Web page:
Japanese finger vein ID device firm sets up in Hong Kong as part of Asia push

More reliable than fingerprint scanning, the new technology is expected to be adapted for use in ATMs or miniaturised for mobile phones

PUBLISHED : Sunday, 28 February, 2016, 4:00pm
UPDATED : Sunday, 28 February, 2016, 4:00pm

A Japanese company developing finger vein identity authentication devices is set to open a Hong Kong office as it expands the use of the technology beyond its home market.

Japanese firm T4U is developing the technology for use in financial institutions as the unique pattern of veins inside a person’s finger is difficult to fake and, unlike fingerprints or face shape, is constant across a person’s lifetime.

“Fingerprints and irises are on the outside of the body, but veins are inside the body … so using finger veins makes copy or misuse impossible,” said Osamu Nakahashi, president of T4U.

The technology scans the underside of a user’s finger by passing light from infrared LEDs through the finger. Hemoglobin in the blood absorbs the light, marking out the unique pattern of the veins which is captured by a CMOS sensor and then matched against a database.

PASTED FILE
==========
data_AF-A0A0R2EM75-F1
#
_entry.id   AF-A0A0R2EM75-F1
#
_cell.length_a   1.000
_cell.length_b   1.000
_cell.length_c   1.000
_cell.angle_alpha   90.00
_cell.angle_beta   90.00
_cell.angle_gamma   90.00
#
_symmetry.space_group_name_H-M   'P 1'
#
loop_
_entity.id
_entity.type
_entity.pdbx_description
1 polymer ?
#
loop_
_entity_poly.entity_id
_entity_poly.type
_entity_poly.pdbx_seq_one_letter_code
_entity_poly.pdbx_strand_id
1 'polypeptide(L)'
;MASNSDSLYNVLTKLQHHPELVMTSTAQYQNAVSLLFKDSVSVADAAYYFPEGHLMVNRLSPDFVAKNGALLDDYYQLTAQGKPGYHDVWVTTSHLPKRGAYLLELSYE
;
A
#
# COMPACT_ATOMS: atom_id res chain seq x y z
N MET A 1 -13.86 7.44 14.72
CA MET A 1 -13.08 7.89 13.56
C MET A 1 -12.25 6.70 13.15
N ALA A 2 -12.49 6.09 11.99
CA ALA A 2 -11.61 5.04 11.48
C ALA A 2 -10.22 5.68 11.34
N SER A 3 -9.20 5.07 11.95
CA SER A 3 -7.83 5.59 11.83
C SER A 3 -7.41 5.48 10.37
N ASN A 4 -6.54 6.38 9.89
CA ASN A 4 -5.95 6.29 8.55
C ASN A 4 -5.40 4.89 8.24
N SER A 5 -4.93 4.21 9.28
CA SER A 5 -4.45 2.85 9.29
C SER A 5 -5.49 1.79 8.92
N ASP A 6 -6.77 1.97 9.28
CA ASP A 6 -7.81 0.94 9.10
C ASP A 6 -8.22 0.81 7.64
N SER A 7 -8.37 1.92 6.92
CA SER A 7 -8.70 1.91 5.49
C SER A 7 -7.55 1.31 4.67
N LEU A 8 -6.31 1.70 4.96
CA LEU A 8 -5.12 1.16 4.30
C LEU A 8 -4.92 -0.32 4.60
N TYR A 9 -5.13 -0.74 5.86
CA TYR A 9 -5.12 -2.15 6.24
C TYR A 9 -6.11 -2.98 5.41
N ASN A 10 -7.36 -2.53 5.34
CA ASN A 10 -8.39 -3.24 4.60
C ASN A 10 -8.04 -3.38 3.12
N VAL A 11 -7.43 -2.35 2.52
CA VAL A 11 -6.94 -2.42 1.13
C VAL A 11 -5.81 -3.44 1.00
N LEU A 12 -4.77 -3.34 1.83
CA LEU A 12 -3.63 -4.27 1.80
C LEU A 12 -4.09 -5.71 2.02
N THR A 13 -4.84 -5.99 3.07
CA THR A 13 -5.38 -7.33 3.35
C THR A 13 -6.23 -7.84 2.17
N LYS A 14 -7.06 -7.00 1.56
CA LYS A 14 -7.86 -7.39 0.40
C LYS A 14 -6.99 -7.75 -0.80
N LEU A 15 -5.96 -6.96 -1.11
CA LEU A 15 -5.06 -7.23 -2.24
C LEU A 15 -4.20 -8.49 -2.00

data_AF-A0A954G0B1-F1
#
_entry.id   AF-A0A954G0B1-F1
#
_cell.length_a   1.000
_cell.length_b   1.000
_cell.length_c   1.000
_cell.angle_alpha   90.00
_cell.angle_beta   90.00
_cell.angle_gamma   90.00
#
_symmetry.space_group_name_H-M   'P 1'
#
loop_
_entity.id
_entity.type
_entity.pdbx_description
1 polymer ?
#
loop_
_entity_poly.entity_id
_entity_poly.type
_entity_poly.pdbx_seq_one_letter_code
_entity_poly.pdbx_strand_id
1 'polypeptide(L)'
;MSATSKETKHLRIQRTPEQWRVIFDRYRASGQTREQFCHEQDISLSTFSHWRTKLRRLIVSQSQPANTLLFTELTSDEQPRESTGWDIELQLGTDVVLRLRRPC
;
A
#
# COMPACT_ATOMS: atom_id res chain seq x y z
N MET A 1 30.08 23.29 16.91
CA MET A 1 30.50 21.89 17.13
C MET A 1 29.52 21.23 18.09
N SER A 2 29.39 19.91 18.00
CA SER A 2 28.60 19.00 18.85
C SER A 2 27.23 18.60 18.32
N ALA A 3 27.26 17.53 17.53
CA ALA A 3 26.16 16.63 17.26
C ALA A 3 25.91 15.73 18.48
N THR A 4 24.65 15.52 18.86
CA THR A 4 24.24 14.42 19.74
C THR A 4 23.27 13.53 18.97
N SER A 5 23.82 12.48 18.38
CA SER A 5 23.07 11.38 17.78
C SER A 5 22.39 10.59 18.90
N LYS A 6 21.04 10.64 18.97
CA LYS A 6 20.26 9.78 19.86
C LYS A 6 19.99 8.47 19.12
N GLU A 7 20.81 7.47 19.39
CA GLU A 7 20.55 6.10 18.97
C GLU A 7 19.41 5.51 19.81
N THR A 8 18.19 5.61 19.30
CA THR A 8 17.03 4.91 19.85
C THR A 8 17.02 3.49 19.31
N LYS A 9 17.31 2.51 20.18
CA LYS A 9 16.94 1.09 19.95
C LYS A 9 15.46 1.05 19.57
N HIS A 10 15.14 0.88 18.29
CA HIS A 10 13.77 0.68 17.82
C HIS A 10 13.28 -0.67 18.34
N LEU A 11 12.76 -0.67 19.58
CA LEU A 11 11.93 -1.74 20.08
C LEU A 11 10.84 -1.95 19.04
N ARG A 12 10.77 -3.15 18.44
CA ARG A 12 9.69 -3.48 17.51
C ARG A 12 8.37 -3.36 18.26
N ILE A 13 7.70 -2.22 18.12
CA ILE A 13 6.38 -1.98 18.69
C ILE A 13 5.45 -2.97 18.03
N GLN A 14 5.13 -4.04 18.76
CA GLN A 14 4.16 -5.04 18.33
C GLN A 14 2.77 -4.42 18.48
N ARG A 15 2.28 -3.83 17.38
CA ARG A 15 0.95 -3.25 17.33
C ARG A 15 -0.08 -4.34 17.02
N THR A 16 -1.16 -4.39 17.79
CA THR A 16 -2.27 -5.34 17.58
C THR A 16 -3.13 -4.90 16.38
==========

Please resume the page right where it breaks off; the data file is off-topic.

Each 0.3 second scan takes three images to compare to the database and because the technology relies on blood flow, the device can only be used on living subjects, according to Nakahashi.

The technology, which was patented by companies including Sony, is being developed by a series of companies, with plans to adapt the scanners for use in ATMs or to be miniaturised for mobile phones.

The unique pattern of the veins is captured by a CMOS sensor and matched against a database

T4U has been working with seven financial institutions and government departments in Japan since the middle of last year and plans to expand to Southeast Asia using Hong Kong as a regional base.

Nakahashi admitted the current devices were expensive at 20,000 yen (HK$1,382) each, but he added that in many cases only one device would be needed for authenticating identities.

He gave the example of an African hospital that has expressed interest in using the technology at its payment desk to process patients who are illiterate and are often unable to user fingerprint scanners as manual labour has worn down the prints.

Finger vein authentication is more reliable than finger prints as dry, wet or cracked finger tips can be problematic for current scanners.

Nakahashi said the company hopes to sell one million devices in Asia by the end of 2017.

InvestHK is assisting T4U to establish its regional office in Hong Kong.